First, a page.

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- Affordances of Instrumentation in General Chemistry Laboratories
- The purpose of this study is to find out what students in the first chemistry course at the undergraduate level (general chemistry for science majors) know about the affordances of instrumentation used in the general chemistry laboratory and how their knowledge develops over time. Overall, students see the PASCO system as a useful and accurate measuring tool for general chemistry labs. They see the probeware as easy to use, portable, and able to interact with computers. Students find that the PASCO probeware system is useful in their general chemistry labs, more advanced chemistry labs, and in other science classes, and can be used in a variety of labs done in general chemistry. Students learn the affordances of the probeware through the lab manual, the laboratory teaching assistant, by trial and error, and from each other. The use of probeware systems provides lab instructors the opportunity to focus on the concepts illustrated by experiments and the opportunity to spend time discussing the results. In order to teach effectively, the instructor must know the correct name of the components involved, how to assemble and disassemble it correctly, how to troubleshoot the software, and must be able to replace broken or missing components quickly. The use of podcasts or Web-based videos should increase student understanding of affordances of the probeware.
- Examining and Characterizing Changes in First Year High School Chemistry Curricula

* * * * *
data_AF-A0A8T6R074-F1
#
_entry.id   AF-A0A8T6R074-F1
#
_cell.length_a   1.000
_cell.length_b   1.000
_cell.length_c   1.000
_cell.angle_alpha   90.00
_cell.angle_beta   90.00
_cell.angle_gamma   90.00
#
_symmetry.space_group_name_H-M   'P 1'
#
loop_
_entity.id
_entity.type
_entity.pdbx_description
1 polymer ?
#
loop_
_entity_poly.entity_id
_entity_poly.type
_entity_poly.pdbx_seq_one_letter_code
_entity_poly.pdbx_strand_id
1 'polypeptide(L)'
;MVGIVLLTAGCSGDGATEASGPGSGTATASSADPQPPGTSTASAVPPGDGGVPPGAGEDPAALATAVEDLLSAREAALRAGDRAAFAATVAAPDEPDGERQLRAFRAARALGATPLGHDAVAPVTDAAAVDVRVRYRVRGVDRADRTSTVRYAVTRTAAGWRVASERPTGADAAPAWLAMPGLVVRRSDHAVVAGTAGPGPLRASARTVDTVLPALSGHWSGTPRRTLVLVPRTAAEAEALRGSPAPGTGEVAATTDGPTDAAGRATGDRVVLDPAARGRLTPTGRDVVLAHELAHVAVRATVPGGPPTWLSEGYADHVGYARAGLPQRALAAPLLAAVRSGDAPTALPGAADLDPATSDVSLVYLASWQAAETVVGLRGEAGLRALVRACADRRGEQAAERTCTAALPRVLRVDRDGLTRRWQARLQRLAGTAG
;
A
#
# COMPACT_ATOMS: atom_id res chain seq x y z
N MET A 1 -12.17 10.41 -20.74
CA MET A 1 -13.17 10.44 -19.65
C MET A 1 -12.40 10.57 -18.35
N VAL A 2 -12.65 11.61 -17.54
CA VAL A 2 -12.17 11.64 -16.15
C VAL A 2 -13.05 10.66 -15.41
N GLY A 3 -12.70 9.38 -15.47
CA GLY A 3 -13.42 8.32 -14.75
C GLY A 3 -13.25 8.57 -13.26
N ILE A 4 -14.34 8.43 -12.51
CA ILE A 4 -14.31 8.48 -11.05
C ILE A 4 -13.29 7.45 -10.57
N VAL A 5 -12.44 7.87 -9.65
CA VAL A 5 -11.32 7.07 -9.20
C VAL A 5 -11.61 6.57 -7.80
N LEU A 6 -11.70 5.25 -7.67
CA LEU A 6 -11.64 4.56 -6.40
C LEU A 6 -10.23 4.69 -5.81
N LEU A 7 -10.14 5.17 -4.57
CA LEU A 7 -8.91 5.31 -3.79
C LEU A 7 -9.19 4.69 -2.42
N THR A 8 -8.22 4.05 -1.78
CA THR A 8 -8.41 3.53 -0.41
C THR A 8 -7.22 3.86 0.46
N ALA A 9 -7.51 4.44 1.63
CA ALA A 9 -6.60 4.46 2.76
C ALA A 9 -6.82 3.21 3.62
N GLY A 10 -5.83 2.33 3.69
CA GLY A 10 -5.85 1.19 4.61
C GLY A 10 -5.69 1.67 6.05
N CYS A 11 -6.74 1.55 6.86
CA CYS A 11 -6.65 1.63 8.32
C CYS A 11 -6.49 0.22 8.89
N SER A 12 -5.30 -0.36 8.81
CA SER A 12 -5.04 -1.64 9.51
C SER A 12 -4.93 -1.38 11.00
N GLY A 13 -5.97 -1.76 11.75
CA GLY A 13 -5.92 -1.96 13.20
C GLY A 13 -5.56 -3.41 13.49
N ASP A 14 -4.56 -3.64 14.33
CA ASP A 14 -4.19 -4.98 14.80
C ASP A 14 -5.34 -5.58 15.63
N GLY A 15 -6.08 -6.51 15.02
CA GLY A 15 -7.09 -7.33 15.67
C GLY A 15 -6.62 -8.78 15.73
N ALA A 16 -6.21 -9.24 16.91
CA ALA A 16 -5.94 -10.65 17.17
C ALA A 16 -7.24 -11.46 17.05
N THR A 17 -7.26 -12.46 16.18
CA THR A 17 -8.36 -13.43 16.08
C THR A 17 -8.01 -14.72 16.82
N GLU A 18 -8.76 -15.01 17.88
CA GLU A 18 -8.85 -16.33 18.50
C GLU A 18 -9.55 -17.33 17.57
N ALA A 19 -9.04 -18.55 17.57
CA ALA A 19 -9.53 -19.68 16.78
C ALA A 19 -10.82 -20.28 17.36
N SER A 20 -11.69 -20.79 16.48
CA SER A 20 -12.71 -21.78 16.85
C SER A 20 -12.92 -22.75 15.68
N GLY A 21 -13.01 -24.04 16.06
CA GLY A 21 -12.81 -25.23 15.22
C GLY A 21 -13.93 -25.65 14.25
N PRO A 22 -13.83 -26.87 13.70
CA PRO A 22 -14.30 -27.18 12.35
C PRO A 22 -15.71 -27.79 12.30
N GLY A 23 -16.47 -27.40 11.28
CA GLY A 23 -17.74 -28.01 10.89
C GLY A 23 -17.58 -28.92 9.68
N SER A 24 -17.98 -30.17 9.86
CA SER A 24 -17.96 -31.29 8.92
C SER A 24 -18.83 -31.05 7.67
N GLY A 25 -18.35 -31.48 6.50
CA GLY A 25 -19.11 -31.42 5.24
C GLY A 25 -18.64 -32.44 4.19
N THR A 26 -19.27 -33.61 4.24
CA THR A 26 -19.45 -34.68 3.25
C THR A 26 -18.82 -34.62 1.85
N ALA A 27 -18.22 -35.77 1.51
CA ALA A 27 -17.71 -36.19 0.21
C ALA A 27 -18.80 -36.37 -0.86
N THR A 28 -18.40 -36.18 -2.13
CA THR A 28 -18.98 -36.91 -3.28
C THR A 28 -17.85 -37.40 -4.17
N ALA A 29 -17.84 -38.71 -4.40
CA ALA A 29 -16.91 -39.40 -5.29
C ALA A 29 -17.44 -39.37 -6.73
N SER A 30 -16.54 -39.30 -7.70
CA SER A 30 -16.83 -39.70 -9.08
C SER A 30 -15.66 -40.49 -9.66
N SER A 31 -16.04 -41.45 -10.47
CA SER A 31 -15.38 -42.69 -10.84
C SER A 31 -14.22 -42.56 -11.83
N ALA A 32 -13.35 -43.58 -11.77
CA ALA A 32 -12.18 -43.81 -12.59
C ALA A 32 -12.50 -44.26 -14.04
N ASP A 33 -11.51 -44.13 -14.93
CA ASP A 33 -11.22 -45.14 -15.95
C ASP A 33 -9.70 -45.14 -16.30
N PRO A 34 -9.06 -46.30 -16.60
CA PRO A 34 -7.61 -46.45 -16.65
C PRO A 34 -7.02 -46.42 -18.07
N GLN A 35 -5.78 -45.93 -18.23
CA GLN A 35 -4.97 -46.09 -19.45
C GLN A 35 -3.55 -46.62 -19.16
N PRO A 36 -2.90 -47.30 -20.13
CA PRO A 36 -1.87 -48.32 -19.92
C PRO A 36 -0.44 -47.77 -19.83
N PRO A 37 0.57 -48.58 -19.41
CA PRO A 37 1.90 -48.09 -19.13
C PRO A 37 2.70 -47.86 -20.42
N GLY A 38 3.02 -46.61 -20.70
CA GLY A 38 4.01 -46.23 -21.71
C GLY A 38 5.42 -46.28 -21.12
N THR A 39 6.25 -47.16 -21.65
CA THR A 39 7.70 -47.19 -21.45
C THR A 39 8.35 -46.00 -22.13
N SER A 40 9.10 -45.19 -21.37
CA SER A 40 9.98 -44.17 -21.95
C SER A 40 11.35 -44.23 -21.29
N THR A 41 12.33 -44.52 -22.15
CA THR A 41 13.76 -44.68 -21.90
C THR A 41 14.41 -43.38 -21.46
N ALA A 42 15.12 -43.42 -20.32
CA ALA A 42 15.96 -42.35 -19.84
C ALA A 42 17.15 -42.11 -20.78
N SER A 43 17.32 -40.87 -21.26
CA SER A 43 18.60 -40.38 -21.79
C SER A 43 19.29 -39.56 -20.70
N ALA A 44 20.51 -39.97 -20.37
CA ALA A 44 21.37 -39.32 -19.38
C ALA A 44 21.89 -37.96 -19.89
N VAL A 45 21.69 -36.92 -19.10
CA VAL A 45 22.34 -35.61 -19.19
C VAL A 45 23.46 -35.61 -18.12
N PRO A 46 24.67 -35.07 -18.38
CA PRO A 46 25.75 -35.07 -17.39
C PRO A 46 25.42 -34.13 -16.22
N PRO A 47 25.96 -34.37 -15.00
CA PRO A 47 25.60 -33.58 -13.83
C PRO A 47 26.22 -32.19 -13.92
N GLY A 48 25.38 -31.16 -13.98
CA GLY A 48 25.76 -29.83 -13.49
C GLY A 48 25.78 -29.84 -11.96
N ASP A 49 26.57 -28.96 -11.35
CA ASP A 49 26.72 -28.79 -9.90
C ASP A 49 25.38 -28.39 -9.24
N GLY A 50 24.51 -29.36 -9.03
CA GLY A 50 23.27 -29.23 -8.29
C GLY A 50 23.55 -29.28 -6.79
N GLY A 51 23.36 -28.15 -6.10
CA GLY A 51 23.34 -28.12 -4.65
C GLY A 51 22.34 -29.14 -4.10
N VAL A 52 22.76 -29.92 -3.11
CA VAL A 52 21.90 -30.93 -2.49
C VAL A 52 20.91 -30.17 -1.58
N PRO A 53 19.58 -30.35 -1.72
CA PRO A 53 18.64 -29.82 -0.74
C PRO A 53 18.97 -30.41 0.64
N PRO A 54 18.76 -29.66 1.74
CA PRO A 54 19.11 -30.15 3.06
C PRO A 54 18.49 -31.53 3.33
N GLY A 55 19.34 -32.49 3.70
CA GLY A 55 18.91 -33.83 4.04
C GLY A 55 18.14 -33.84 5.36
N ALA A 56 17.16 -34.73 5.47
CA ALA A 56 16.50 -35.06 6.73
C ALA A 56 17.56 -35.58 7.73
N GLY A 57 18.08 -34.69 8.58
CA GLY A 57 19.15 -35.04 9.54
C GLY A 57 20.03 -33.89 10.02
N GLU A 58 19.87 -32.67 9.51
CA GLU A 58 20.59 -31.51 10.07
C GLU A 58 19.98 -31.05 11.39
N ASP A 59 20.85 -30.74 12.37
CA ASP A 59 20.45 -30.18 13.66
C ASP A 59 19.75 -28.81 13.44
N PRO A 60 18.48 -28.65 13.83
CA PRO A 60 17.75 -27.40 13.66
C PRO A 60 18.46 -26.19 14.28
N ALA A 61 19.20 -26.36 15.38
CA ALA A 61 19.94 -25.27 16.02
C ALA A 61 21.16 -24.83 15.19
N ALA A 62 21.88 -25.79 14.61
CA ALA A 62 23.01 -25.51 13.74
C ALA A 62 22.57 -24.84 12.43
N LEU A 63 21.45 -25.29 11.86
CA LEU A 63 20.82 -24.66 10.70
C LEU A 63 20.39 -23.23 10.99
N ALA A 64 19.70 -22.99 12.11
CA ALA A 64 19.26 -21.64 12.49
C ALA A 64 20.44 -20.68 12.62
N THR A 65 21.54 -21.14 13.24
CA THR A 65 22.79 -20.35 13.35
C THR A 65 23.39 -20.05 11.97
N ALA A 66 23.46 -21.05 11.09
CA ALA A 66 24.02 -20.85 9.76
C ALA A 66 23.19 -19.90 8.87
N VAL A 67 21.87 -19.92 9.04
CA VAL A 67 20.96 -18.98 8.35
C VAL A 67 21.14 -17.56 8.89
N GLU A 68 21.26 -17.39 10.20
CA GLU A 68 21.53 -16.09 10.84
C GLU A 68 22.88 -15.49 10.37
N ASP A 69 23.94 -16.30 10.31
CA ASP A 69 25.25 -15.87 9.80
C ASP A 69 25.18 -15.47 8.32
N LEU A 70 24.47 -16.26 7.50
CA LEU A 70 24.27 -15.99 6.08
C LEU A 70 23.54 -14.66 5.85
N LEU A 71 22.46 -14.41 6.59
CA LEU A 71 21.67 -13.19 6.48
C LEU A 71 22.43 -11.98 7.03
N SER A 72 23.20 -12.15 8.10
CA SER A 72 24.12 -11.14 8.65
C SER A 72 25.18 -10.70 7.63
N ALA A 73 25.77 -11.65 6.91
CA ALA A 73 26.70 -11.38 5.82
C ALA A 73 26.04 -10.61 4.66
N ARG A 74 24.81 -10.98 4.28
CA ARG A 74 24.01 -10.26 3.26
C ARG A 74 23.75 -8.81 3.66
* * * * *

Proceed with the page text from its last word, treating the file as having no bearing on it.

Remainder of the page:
- Many students currently entering college are able to solve mathematical problems but often do not understand the chemistry concepts underlying their calculations. High school chemistry teachers from Texas and the United States (US) were surveyed as to what topics they teach in their chemistry classes. A subset of Texas teachers was also interviewed about their instruction. The survey indicated that less-experienced Texas teachers are omitting a number of topics from their chemistry instruction, as compared to more experienced teachers. No differences were seen for those topics among US teachers. Chemistry textbooks from 1930 to the current 2002 Texas state adoptions were analyzed for inclusion of these topics. The only textbooks that were missing topics were from the 1930s. All others contained the topics. In general, textbooks have been increasing numbers of questions and problems for each topic, with the number of quantitative problems increasing at a greater rate than qualitative problems. Analysis of interview transcripts revealed that the main reason for omission of topics by less-experienced Texas chemistry teachers is that these topics are not assessed on the Texas Assessment of Knowledge and Skills science exam. Omitted topics were both qualitative and quantitative; the common factor is that they are not tested. School administrators reportedly reinforce this practice. Archival data regarding textbook usage by general chemistry students showed that students' course grades are not correlated to the amount of time they spend using their textbook. With topics included in textbooks, and no relationship between textbook usage and student grades, observed changes in chemistry courses must be due to changes in classroom instruction. With new course standards adopted by Texas for chemistry and the development of end-of-course exams, these changes should produce graduates who understand chemistry concepts as well as they solve mathematical chemistry problems. Repeating this study in 5 years may show that increasing the amount of chemistry tested will produce students entering college with a better conceptual background in chemistry.